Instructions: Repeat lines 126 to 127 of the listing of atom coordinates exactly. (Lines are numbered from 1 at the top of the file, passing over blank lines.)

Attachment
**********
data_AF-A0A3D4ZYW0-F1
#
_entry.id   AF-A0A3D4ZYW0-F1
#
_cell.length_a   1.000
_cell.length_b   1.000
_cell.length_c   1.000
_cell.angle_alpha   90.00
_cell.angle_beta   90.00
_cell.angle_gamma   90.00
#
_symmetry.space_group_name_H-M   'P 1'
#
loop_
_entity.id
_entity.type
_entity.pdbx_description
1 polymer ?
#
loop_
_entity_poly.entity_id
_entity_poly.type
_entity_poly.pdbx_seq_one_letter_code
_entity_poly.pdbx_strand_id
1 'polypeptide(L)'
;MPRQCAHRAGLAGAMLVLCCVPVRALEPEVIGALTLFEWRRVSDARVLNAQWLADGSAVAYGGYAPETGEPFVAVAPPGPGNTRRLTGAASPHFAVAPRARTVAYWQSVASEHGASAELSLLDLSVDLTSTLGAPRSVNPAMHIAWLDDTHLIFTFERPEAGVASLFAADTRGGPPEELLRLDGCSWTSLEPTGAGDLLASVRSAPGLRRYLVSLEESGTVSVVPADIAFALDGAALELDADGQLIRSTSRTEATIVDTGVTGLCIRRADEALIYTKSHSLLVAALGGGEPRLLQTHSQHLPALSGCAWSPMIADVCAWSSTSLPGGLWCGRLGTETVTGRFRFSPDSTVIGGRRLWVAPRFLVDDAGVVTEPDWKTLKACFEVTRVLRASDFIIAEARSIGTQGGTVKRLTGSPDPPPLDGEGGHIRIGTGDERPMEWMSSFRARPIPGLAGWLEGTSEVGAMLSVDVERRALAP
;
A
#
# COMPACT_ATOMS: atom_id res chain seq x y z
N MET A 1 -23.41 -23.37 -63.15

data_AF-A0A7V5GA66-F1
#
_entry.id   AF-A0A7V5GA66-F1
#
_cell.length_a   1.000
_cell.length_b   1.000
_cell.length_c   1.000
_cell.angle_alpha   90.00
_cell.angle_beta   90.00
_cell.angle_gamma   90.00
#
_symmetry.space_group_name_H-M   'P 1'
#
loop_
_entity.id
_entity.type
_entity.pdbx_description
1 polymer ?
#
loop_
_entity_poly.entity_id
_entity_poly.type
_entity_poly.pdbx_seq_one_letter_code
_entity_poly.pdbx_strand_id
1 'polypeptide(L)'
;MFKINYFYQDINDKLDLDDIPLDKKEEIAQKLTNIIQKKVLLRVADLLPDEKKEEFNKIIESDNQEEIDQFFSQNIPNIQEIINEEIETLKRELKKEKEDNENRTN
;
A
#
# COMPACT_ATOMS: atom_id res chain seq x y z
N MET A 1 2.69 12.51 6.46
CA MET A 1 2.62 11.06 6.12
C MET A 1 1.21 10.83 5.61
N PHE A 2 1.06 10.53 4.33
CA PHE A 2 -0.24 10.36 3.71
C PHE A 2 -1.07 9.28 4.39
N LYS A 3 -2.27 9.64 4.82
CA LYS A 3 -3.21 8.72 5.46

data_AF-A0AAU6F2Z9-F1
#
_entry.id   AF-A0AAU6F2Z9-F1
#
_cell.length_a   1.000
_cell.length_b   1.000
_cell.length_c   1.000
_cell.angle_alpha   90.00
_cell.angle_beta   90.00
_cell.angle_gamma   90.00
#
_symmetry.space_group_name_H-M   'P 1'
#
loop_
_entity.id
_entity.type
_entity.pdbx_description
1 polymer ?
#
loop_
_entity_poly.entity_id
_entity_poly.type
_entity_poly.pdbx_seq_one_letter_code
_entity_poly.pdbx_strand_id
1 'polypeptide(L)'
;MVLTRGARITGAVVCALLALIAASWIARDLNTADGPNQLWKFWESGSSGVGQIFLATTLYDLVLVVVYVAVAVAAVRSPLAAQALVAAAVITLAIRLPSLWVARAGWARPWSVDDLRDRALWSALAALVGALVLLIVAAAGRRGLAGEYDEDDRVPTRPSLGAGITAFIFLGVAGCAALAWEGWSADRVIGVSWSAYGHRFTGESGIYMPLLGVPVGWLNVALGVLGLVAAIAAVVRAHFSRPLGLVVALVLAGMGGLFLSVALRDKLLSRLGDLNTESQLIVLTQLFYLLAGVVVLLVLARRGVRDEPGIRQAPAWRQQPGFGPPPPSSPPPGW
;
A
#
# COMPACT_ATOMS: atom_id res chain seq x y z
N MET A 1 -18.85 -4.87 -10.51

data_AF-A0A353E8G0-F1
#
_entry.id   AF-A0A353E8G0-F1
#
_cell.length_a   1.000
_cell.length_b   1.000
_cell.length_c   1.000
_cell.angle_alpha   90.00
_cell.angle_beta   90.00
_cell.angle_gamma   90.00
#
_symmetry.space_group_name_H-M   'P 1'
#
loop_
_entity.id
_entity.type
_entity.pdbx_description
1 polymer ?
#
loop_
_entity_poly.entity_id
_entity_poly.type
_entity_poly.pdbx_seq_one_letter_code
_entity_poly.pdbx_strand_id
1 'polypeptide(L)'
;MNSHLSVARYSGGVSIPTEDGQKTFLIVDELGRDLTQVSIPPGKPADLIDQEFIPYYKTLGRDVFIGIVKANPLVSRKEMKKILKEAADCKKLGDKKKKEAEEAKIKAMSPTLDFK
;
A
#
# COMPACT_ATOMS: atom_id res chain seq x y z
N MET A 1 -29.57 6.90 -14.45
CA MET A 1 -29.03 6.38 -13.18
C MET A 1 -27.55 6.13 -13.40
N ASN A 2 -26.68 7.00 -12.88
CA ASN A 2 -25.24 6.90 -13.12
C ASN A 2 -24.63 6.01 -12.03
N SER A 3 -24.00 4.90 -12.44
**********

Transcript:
;MNSHLSVARYSGGVSIPTEDGQKTFLIVDELGRDLTQVSIPPGKPADLIDQEFIPYYKTLGRDVFIGIVKANPLVSRKEMKKILKEAADCKKLGDKKKKEAEEAKIKAMSPTLDFK
;